Finnish Student Health Service offers digital services to digital natives

Net 2/2015,  2015-11-12

Finnish Student Health Service is continually expanding its digital services. Students have given positive feedback on its appointment call-back service, for example.

Nation-wide, university students receive services from Finnish Student Health Service (YTHS), to which the university towns have transferred the responsibility for student health care. YTHS provides these services with uniforFinnish Student Health Service offers digital services to digital nativesm quality throughout the country.

Every new student will receive an electronic health questionnaire to map out their overall situation. Public health nurses will review the responses. Should there be need for support or care, they will act right away.

”We use a secure communication channel where our public health nurse and a student can exchange information,” says CIO Sauli Kleemola of YTHS.

The call-back service, which is built on Fujitsu’s system, was launched back in February 2012. Following the pilot project, the system was first deployed in Helsinki and Espoo, after which it was quickly rolled out to all the university towns of the country. Currently the service covers 130,000 students and 600 staff members. 

With the call-back system, students have two site-specific numbers to call. One of them is reserved for general health and mental health services while the other is for oral health services. The caller leaves their problem and contact information on the phone, and receives a call-back within the same day.

”Previously calls tended to pile up particularly on Mondays and in the mornings. While the calls still peak in the mornings, now we are able to process them during the day and use our resources more evenly,” Kleemola says.

Better service every day of the week

After a three-year experience it was time to upgrade the system, and a new version of the SAP application was rolled out last year.

”The menus in oral and general health care were unified, and mental health services were included in the call-back system,” says software analyst Pirjo Äijö-Isohella of YTHS.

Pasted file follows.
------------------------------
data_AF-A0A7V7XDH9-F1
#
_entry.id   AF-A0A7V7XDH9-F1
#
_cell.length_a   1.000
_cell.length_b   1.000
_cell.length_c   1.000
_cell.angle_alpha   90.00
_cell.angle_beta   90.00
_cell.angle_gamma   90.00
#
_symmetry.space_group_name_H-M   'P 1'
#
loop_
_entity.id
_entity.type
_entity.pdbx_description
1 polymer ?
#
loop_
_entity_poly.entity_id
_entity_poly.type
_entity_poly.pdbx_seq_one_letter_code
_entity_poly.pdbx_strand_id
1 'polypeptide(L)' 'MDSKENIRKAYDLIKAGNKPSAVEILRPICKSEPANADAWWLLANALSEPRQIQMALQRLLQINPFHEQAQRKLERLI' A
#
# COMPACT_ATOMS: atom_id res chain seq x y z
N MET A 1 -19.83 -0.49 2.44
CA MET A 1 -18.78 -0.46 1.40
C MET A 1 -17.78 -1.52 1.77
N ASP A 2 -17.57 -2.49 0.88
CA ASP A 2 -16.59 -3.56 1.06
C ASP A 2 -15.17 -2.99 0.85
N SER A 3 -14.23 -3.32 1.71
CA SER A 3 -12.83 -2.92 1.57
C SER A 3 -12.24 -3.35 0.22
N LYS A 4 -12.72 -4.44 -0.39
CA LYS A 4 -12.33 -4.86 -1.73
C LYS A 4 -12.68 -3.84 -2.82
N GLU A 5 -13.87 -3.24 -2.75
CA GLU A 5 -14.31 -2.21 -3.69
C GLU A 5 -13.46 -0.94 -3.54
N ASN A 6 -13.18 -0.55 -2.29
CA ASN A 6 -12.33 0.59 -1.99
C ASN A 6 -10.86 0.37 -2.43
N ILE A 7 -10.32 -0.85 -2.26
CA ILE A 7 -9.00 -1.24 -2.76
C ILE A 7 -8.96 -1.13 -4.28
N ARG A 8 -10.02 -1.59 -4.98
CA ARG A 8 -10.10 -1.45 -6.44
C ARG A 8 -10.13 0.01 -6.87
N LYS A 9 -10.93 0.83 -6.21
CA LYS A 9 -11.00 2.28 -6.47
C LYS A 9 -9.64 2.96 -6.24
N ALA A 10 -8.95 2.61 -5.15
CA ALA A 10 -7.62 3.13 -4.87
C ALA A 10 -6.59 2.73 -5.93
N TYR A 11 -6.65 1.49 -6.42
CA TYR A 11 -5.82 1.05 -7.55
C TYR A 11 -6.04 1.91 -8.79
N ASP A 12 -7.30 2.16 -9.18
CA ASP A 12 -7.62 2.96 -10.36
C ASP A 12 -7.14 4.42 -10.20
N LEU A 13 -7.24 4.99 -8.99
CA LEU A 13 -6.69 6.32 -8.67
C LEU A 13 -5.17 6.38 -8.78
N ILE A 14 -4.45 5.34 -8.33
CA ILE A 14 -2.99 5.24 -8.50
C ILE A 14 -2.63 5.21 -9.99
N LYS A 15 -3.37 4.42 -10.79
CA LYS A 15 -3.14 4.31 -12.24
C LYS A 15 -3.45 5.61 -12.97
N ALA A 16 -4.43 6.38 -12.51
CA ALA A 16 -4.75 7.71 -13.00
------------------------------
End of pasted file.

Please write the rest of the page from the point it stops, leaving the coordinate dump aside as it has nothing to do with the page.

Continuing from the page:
The shorter appointment hours in July facilitate the upgrading of software and the replacement of computers. This summer they overhauled the patient record system, which will allow the building of new customer portals.

For example, the services related to time management will be migrated to a new platform. With this, YTHS aims to allow students not only to cancel their appointments but also to change them online. Then they will not have to call the system again, but the computer will update the calendar. They hope that the system will support all end devices.

”The solution is still under development but it is our ambitious goal to have it up and running by the end of the year. Next year we will also have new solutions related to e-services and forms built on the same platform,” Kleemola says.

”In our effort to diversify our e-services we have conducted some experiments, such as video doctor service. Thereby students could contact a video doctor at YTHS premises using an iPad. This would allow the organization to offer the services of health care professionals in all of its units.”

Disease tests as a remote service

YTHS is continually increasing its e-services to better serve its customers. Since September, students have been able to have themselves tested for chlamydia and the clap remotely. The service is free of charge for YTHS customers.

When a student suspects infection, they will digitally authenticate and sing in the system and order a sample-taking kit. Then, the student will send their urine sample in the sample tube in the package they received to the lab without any postage fee. 

The customer will receive an SMS message when the test results are ready. They can then check the results on the YTHS portal. If the test is positive the customer shall contact YTHS for treatment. If they fail to do so, YTHS will contact the infected person. 

The new e-service runs on the service portal provided by Yhtyneet Medix laboratoriot Oy at The authentication solution is built by Fujitsu.

Text Marita Kokko
Photo Kirsi Tuura
Translation Päivi Vuoriaro

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Published in the Net Magazine 2/2015,  2015-11-12

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